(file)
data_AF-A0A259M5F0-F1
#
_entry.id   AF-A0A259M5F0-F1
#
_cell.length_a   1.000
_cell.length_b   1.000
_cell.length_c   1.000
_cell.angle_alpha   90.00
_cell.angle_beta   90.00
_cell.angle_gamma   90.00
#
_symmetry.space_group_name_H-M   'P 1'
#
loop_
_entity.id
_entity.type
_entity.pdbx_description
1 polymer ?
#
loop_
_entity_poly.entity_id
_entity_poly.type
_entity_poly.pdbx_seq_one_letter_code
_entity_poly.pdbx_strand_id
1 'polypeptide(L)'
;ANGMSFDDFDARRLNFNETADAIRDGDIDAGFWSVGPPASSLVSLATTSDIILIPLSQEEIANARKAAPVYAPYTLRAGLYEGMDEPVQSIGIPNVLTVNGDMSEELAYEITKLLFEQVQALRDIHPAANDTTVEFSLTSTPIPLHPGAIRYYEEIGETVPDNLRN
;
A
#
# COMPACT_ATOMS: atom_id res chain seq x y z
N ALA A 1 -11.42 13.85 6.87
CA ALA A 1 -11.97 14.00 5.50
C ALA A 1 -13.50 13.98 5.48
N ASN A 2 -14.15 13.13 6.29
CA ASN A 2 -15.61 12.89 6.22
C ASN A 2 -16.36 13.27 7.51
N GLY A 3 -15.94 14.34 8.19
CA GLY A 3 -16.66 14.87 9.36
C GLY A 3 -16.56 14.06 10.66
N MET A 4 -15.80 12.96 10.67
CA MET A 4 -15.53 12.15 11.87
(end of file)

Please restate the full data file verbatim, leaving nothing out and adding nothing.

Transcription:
data_AF-A0A259M5F0-F1
#
_entry.id   AF-A0A259M5F0-F1
#
_cell.length_a   1.000
_cell.length_b   1.000
_cell.length_c   1.000
_cell.angle_alpha   90.00
_cell.angle_beta   90.00
_cell.angle_gamma   90.00
#
_symmetry.space_group_name_H-M   'P 1'
#
loop_
_entity.id
_entity.type
_entity.pdbx_description
1 polymer ?
#
loop_
_entity_poly.entity_id
_entity_poly.type
_entity_poly.pdbx_seq_one_letter_code
_entity_poly.pdbx_strand_id
1 'polypeptide(L)'
;ANGMSFDDFDARRLNFNETADAIRDGDIDAGFWSVGPPASSLVSLATTSDIILIPLSQEEIANARKAAPVYAPYTLRAGLYEGMDEPVQSIGIPNVLTVNGDMSEELAYEITKLLFEQVQALRDIHPAANDTTVEFSLTSTPIPLHPGAIRYYEEIGETVPDNLRN
;
A
#
# COMPACT_ATOMS: atom_id res chain seq x y z
N ALA A 1 -11.42 13.85 6.87
CA ALA A 1 -11.97 14.00 5.50
C ALA A 1 -13.50 13.98 5.48
N ASN A 2 -14.15 13.13 6.29
CA ASN A 2 -15.61 12.89 6.22
C ASN A 2 -16.36 13.27 7.51
N GLY A 3 -15.94 14.34 8.19
CA GLY A 3 -16.66 14.87 9.36
C GLY A 3 -16.56 14.06 10.66
N MET A 4 -15.80 12.96 10.67
CA MET A 4 -15.53 12.15 11.87